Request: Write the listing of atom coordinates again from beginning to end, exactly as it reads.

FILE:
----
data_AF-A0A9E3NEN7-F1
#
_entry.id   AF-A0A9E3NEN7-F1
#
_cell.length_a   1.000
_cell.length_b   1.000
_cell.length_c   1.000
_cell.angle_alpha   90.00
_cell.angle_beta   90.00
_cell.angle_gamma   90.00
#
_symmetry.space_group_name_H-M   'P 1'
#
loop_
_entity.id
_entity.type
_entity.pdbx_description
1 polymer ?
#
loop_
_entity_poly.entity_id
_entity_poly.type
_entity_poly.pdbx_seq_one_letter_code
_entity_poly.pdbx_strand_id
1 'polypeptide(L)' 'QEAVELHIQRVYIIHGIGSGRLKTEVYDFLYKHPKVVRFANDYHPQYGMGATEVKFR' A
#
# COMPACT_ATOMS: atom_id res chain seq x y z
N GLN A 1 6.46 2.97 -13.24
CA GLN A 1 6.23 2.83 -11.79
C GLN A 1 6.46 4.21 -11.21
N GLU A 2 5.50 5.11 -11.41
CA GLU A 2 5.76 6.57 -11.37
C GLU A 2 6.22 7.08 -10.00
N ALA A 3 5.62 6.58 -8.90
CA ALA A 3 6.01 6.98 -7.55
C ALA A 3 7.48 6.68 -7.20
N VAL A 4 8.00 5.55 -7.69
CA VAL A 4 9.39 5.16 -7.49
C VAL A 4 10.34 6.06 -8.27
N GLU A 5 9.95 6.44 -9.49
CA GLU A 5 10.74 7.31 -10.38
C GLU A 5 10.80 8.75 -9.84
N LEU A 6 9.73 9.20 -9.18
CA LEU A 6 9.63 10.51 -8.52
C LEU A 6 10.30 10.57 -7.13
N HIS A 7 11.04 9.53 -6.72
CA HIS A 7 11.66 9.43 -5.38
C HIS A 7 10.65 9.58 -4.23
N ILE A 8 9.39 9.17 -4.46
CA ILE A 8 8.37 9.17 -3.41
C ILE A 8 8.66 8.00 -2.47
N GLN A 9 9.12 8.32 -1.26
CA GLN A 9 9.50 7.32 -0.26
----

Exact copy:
data_AF-A0A9E3NEN7-F1
#
_entry.id   AF-A0A9E3NEN7-F1
#
_cell.length_a   1.000
_cell.length_b   1.000
_cell.length_c   1.000
_cell.angle_alpha   90.00
_cell.angle_beta   90.00
_cell.angle_gamma   90.00
#
_symmetry.space_group_name_H-M   'P 1'
#
loop_
_entity.id
_entity.type
_entity.pdbx_description
1 polymer ?
#
loop_
_entity_poly.entity_id
_entity_poly.type
_entity_poly.pdbx_seq_one_letter_code
_entity_poly.pdbx_strand_id
1 'polypeptide(L)' 'QEAVELHIQRVYIIHGIGSGRLKTEVYDFLYKHPKVVRFANDYHPQYGMGATEVKFR' A
#
# COMPACT_ATOMS: atom_id res chain seq x y z
N GLN A 1 6.46 2.97 -13.24
CA GLN A 1 6.23 2.83 -11.79
C GLN A 1 6.46 4.21 -11.21
N GLU A 2 5.50 5.11 -11.41
CA GLU A 2 5.76 6.57 -11.37
C GLU A 2 6.22 7.08 -10.00
N ALA A 3 5.62 6.58 -8.90
CA ALA A 3 6.01 6.98 -7.55
C ALA A 3 7.48 6.68 -7.20
N VAL A 4 8.00 5.55 -7.69
CA VAL A 4 9.39 5.16 -7.49
C VAL A 4 10.34 6.06 -8.27
N GLU A 5 9.95 6.44 -9.49
CA GLU A 5 10.74 7.31 -10.38
C GLU A 5 10.80 8.75 -9.84
N LEU A 6 9.73 9.20 -9.18
CA LEU A 6 9.63 10.51 -8.52
C LEU A 6 10.30 10.57 -7.13
N HIS A 7 11.04 9.53 -6.72
CA HIS A 7 11.66 9.43 -5.38
C HIS A 7 10.65 9.58 -4.23
N ILE A 8 9.39 9.17 -4.46
CA ILE A 8 8.37 9.17 -3.41
C ILE A 8 8.66 8.00 -2.47
N GLN A 9 9.12 8.32 -1.26
CA GLN A 9 9.50 7.32 -0.26